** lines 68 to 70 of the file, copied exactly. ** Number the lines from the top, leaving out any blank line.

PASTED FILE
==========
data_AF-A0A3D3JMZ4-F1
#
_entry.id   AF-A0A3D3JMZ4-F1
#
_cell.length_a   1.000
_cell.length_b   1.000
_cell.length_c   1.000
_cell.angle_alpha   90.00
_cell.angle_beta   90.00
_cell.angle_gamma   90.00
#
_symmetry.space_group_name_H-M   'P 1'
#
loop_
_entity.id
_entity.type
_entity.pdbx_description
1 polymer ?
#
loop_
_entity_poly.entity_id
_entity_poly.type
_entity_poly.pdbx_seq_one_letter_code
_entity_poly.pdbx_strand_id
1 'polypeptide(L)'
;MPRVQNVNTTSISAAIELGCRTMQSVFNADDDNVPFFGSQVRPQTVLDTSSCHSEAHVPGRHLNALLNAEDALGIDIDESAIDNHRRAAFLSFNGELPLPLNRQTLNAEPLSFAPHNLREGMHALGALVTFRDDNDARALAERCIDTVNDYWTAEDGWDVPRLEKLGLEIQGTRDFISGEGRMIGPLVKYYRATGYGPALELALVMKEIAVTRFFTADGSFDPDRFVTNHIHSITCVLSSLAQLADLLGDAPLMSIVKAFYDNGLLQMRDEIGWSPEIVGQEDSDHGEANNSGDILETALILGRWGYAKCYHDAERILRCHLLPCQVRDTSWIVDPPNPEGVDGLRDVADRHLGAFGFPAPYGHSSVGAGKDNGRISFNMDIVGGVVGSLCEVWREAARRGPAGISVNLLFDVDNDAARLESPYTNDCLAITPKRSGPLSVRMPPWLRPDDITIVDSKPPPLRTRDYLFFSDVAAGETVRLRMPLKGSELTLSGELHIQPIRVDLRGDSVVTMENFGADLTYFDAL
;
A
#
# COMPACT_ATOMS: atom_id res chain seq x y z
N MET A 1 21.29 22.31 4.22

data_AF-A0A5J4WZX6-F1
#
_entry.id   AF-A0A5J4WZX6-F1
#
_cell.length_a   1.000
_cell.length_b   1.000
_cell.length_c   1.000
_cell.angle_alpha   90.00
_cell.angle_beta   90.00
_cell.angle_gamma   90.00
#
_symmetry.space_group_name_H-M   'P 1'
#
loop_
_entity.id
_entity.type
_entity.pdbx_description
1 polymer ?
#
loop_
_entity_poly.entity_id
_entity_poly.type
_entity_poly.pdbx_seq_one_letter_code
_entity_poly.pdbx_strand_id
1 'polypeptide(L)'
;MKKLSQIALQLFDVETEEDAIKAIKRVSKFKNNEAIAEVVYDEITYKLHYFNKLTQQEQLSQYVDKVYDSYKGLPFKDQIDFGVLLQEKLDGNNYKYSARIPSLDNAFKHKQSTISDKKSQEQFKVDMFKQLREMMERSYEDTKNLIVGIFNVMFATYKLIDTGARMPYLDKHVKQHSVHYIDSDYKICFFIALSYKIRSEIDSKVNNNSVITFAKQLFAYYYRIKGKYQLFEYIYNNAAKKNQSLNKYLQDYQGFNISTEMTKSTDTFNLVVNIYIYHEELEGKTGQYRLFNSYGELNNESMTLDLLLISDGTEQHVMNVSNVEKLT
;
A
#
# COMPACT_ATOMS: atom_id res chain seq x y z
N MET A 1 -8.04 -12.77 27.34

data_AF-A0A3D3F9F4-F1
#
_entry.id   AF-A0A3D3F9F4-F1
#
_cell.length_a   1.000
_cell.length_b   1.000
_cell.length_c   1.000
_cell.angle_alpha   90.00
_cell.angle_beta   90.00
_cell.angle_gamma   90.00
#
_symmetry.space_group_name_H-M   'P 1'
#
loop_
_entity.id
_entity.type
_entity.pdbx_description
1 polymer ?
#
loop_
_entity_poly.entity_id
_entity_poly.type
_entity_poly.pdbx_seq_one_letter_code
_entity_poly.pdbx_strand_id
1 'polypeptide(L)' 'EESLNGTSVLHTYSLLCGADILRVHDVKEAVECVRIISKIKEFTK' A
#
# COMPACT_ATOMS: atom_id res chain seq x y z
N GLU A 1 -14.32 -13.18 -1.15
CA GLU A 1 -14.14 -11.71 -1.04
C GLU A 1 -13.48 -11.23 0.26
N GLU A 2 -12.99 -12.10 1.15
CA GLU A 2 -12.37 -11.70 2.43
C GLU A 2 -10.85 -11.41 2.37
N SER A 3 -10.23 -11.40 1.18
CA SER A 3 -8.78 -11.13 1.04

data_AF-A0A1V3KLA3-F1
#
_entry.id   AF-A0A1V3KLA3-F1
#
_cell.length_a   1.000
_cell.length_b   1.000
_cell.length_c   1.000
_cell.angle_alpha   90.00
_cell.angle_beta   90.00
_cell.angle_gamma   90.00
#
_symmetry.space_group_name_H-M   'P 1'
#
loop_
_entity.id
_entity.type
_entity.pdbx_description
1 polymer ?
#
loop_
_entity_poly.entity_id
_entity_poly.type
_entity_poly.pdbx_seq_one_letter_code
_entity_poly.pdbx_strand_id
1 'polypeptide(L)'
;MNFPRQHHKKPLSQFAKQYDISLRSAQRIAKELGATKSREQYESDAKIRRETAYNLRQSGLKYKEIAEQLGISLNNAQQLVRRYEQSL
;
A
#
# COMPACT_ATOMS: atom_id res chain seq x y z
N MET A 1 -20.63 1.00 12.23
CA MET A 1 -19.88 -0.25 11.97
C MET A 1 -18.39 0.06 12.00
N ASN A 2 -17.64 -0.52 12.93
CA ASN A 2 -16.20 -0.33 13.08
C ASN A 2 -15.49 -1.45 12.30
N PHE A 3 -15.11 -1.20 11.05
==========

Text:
_cell.length_b   1.000
_cell.length_c   1.000
_cell.angle_alpha   90.00